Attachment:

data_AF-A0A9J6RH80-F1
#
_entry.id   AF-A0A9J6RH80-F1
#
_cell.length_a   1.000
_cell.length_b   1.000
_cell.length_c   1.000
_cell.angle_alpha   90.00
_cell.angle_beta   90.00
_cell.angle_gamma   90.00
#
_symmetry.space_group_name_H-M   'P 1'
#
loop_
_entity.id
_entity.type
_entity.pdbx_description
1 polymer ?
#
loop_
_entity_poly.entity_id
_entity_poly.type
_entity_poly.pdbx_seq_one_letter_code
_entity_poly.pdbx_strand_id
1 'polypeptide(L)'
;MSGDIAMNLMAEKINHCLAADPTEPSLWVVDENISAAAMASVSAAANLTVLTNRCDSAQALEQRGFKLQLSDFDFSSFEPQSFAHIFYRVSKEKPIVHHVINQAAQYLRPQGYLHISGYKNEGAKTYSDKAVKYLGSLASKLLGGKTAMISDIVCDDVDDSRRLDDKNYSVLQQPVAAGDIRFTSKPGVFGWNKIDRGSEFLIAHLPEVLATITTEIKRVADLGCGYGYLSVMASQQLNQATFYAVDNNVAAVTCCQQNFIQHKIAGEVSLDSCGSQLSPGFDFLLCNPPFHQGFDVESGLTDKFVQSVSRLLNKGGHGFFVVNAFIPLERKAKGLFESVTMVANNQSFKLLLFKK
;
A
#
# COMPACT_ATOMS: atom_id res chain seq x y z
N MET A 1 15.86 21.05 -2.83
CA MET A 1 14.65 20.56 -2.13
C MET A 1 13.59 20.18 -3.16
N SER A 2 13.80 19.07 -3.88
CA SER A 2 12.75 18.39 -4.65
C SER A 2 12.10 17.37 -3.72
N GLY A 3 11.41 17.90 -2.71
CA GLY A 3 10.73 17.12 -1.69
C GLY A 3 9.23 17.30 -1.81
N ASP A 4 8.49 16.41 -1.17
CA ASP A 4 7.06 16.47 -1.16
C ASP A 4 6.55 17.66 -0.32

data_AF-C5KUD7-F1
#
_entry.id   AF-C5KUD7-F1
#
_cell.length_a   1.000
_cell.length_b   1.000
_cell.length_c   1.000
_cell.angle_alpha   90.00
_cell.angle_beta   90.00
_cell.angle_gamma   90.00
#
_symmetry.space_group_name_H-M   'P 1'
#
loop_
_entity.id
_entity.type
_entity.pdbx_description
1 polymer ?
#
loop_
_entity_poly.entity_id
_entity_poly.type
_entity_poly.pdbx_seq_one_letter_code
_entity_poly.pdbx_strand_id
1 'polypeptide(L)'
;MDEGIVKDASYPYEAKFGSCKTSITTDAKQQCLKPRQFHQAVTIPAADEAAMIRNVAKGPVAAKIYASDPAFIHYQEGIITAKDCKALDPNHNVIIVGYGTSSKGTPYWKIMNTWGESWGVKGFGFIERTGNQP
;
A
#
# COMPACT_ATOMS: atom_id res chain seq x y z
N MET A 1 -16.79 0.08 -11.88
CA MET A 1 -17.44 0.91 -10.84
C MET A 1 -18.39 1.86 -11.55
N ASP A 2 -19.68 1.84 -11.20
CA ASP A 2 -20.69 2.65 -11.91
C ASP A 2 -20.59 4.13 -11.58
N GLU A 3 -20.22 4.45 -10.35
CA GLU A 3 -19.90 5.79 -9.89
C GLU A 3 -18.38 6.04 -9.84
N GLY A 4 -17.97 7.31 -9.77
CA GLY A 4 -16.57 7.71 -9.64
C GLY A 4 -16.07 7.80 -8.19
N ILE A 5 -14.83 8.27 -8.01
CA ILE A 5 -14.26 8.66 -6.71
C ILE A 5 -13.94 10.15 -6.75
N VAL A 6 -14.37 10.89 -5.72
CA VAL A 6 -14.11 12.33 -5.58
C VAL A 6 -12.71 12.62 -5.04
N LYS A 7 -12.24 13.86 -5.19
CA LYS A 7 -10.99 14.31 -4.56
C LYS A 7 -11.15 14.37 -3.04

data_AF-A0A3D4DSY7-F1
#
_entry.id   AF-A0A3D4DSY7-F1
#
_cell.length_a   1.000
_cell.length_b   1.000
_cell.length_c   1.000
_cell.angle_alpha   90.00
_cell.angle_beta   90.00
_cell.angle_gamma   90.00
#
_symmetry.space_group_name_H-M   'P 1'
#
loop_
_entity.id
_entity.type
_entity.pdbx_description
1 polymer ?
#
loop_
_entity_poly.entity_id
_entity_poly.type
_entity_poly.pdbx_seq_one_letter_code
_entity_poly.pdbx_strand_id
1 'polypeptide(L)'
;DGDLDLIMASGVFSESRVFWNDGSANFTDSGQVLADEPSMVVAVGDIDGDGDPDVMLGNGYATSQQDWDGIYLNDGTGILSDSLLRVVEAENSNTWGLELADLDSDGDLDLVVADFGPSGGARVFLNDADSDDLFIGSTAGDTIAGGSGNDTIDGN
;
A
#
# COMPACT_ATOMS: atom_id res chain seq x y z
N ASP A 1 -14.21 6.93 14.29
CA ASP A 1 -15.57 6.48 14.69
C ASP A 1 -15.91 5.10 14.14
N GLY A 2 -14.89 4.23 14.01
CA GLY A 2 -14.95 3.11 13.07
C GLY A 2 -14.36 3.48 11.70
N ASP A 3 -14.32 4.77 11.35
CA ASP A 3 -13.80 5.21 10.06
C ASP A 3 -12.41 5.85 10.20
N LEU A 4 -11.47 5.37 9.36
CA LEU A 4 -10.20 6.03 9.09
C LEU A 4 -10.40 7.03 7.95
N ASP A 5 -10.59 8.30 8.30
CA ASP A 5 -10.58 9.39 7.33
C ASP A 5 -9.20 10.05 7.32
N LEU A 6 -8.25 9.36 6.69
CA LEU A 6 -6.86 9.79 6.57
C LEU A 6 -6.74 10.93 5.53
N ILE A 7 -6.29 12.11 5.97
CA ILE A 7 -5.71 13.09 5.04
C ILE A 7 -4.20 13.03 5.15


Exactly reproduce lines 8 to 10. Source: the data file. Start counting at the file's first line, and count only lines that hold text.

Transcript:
_cell.angle_alpha   90.00
_cell.angle_beta   90.00
_cell.angle_gamma   90.00